In the continuing series on outsourcing project work this month’s column addresses the challenges related to selecting those individuals and/or organizations that will provide the expertise needed for specific activities. All too often this process is filled with “communication disconnects” in documenting what is needed from contractors/vendors. Whether one uses requests for proposal (RFPs), requests for information (RFIs), or other types of vendor solicitation documents, clear definition is critical. I have participated in the election process in multiple roles including leading the selection process, writing solicitation documents for clients, and responding to client proposals. The following areas are primary considerations to effectively facilitate the project vendor selection and subsequently the contracting process.
Be specific — even if it hurts.
There is no substitute for clarity in specifying what activities need to be performed. Read the Complete Article
Procurement Management in Project Management – Build or Buy? (#4 in the series Procurement Management in Project Management)
By Joseph Phillips
Ah, one of the great arguments of all time. Should we buy it or should we build it? Well, it’s probably not that great of an argument, but I’ll bet you’ve been in some heated discussions on the value of either side of the debate. If not, let’s start one now.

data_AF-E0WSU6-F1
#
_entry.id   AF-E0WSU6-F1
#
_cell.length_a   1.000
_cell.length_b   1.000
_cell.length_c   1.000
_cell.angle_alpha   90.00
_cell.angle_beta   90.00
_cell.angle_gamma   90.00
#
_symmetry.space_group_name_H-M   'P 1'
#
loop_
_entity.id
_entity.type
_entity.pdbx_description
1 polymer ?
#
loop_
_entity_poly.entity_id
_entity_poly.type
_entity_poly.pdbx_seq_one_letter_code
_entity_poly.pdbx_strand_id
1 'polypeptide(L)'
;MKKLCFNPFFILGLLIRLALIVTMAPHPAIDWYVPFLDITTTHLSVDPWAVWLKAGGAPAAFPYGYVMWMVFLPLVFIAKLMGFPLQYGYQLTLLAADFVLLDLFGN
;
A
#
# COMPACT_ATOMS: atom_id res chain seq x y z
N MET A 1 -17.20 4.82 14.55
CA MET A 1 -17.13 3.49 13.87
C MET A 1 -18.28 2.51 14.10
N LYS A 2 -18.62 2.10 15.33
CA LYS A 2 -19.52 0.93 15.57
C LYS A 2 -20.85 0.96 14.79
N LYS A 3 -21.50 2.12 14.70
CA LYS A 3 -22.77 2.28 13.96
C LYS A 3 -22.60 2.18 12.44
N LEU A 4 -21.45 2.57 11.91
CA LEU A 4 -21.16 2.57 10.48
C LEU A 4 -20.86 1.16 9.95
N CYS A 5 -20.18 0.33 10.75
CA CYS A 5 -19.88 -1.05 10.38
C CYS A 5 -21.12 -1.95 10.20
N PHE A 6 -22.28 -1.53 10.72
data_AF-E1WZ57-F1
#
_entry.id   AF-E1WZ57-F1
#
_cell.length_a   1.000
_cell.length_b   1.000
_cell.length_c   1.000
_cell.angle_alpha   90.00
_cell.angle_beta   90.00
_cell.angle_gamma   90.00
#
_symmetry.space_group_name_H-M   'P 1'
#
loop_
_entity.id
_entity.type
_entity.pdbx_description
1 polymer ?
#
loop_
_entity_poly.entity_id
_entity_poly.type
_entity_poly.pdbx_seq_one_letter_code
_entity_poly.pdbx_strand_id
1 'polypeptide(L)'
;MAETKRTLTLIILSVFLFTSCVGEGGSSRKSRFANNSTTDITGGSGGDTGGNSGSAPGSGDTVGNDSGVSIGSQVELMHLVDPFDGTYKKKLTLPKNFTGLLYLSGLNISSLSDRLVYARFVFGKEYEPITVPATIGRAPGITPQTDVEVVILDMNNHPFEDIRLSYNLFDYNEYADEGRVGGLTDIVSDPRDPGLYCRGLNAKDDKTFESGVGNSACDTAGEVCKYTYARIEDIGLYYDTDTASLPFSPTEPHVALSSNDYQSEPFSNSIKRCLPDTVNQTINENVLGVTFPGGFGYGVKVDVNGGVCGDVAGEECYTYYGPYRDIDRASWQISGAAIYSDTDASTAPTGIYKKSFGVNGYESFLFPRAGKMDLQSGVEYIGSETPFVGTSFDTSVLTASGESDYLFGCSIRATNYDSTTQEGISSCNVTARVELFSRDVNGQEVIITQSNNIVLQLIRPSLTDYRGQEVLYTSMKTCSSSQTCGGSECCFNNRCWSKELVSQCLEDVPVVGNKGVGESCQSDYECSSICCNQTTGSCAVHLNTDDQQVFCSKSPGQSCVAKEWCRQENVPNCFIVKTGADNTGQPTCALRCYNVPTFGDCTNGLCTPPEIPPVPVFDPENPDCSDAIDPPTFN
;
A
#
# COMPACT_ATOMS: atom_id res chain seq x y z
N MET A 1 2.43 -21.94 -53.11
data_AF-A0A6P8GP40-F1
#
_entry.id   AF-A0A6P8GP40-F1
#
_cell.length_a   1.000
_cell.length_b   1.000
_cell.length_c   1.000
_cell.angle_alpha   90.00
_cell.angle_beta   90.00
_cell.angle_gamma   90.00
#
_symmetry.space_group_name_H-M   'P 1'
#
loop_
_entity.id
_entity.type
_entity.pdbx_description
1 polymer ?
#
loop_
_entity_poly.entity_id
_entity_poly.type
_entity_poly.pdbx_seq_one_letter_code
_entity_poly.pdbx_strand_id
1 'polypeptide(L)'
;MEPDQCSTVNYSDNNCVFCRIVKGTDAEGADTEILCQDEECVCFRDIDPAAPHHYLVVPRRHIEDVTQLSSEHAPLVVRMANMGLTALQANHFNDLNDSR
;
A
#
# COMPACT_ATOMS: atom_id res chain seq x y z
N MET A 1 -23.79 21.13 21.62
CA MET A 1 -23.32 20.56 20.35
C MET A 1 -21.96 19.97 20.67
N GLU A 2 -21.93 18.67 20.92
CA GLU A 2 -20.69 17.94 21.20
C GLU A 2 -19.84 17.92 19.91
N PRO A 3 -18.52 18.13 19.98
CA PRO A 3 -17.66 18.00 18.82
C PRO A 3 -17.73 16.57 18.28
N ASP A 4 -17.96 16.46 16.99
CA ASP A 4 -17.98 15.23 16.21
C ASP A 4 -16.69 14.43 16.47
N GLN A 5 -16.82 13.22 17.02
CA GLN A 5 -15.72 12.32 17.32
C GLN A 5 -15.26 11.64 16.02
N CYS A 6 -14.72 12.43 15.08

Sometimes, like it or not, it’s more cost-effective to spend the cash and pay someone else to build the thing for you. Why? Your crew is busy doing other jobs, they don’t have the competence to build the thing you need, or your organization doesn’t want to take the risk of creating the thing in-house. Lots of reasons.
Other times, like when your project team is lounging by the company pool sipping pinot noir and snacking on spaghetti, it’s ideal to put them back to work building something. Read the Complete Article
Procurement Management in Project Management – Cash and the Law of Diminishing Returns (#3 in the series Procurement Management in Project Management)
By Joseph Phillips
One of my favorite economic laws is the Law of Diminishing Returns. It’s basic stuff at first glance, but can really haunt a project manager if he’s not careful. I know you’re familiar with the Law of Diminishing Returns, but some aren’t, so let’s help them out.
Imagine that you have a corn field and you know that you can get 100 trucks of corn out of the field. That’s the most corn you’ll ever get from the field. You also know that if you hire 10 guys to harvest the corn for you, they’ll be done in 2 days. So you reason that if you hire 20 guys you’ll be done in 1 day. So this must mean that if you hire 40 workers, all the corn will be harvested in half a day, right? Read the Complete Article